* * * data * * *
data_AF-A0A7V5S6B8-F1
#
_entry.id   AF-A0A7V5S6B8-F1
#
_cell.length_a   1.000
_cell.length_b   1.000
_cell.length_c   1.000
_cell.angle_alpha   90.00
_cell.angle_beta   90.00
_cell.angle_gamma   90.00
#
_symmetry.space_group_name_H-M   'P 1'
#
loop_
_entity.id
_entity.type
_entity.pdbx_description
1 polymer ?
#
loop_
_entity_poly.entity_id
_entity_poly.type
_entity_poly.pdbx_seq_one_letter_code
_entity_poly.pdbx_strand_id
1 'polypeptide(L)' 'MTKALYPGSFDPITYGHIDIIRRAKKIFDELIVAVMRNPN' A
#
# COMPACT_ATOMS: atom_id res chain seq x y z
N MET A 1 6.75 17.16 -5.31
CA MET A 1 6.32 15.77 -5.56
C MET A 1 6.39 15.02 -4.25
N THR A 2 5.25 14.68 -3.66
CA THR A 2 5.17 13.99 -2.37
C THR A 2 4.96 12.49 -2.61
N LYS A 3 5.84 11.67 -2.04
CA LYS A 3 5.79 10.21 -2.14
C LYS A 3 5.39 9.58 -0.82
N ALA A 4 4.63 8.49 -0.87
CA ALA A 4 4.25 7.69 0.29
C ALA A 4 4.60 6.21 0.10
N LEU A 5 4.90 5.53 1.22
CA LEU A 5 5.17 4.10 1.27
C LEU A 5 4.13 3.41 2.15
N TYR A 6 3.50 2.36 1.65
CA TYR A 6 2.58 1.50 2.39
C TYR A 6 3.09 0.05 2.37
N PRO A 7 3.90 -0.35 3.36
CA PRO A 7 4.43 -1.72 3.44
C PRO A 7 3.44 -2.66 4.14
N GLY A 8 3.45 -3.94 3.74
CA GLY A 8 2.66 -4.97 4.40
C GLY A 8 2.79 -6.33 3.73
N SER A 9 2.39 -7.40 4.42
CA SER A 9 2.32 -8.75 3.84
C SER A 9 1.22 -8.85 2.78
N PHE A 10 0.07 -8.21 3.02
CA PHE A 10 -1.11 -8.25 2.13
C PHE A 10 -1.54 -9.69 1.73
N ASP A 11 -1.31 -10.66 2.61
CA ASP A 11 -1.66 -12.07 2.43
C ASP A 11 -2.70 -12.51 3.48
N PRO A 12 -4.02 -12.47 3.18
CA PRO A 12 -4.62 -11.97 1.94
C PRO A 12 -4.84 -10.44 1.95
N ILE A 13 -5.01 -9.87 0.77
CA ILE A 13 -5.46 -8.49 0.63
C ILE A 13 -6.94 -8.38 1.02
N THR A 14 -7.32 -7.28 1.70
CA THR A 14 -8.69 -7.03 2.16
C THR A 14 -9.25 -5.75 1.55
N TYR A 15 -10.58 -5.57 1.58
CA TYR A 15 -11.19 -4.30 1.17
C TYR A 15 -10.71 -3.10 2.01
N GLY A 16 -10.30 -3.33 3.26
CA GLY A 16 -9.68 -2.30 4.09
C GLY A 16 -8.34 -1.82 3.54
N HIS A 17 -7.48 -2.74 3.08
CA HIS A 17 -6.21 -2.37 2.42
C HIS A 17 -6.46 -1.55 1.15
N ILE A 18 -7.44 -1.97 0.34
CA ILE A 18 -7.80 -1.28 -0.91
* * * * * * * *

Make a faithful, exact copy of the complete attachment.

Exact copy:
data_AF-A0A7V5S6B8-F1
#
_entry.id   AF-A0A7V5S6B8-F1
#
_cell.length_a   1.000
_cell.length_b   1.000
_cell.length_c   1.000
_cell.angle_alpha   90.00
_cell.angle_beta   90.00
_cell.angle_gamma   90.00
#
_symmetry.space_group_name_H-M   'P 1'
#
loop_
_entity.id
_entity.type
_entity.pdbx_description
1 polymer ?
#
loop_
_entity_poly.entity_id
_entity_poly.type
_entity_poly.pdbx_seq_one_letter_code
_entity_poly.pdbx_strand_id
1 'polypeptide(L)' 'MTKALYPGSFDPITYGHIDIIRRAKKIFDELIVAVMRNPN' A
#
# COMPACT_ATOMS: atom_id res chain seq x y z
N MET A 1 6.75 17.16 -5.31
CA MET A 1 6.32 15.77 -5.56
C MET A 1 6.39 15.02 -4.25
N THR A 2 5.25 14.68 -3.66
CA THR A 2 5.17 13.99 -2.37
C THR A 2 4.96 12.49 -2.61
N LYS A 3 5.84 11.67 -2.04
CA LYS A 3 5.79 10.21 -2.14
C LYS A 3 5.39 9.58 -0.82
N ALA A 4 4.63 8.49 -0.87
CA ALA A 4 4.25 7.69 0.29
C ALA A 4 4.60 6.21 0.10
N LEU A 5 4.90 5.53 1.22
CA LEU A 5 5.17 4.10 1.27
C LEU A 5 4.13 3.41 2.15
N TYR A 6 3.50 2.36 1.65
CA TYR A 6 2.58 1.50 2.39
C TYR A 6 3.09 0.05 2.37
N PRO A 7 3.90 -0.35 3.36
CA PRO A 7 4.43 -1.72 3.44
C PRO A 7 3.44 -2.66 4.14
N GLY A 8 3.45 -3.94 3.74
CA GLY A 8 2.66 -4.97 4.40
C GLY A 8 2.79 -6.33 3.73
N SER A 9 2.39 -7.40 4.42
CA SER A 9 2.32 -8.75 3.84
C SER A 9 1.22 -8.85 2.78
N PHE A 10 0.07 -8.21 3.02
CA PHE A 10 -1.11 -8.25 2.13
C PHE A 10 -1.54 -9.69 1.73
N ASP A 11 -1.31 -10.66 2.61
CA ASP A 11 -1.66 -12.07 2.43
C ASP A 11 -2.70 -12.51 3.48
N PRO A 12 -4.02 -12.47 3.18
CA PRO A 12 -4.62 -11.97 1.94
C PRO A 12 -4.84 -10.44 1.95
N ILE A 13 -5.01 -9.87 0.77
CA ILE A 13 -5.46 -8.49 0.63
C ILE A 13 -6.94 -8.38 1.02
N THR A 14 -7.32 -7.28 1.70
CA THR A 14 -8.69 -7.03 2.16
C THR A 14 -9.25 -5.75 1.55
N TYR A 15 -10.58 -5.57 1.58
CA TYR A 15 -11.19 -4.30 1.17
C TYR A 15 -10.71 -3.10 2.01
N GLY A 16 -10.30 -3.33 3.26
CA GLY A 16 -9.68 -2.30 4.09
C GLY A 16 -8.34 -1.82 3.54
N HIS A 17 -7.48 -2.74 3.08
CA HIS A 17 -6.21 -2.37 2.42
C HIS A 17 -6.46 -1.55 1.15
N ILE A 18 -7.44 -1.97 0.34
CA ILE A 18 -7.80 -1.28 -0.91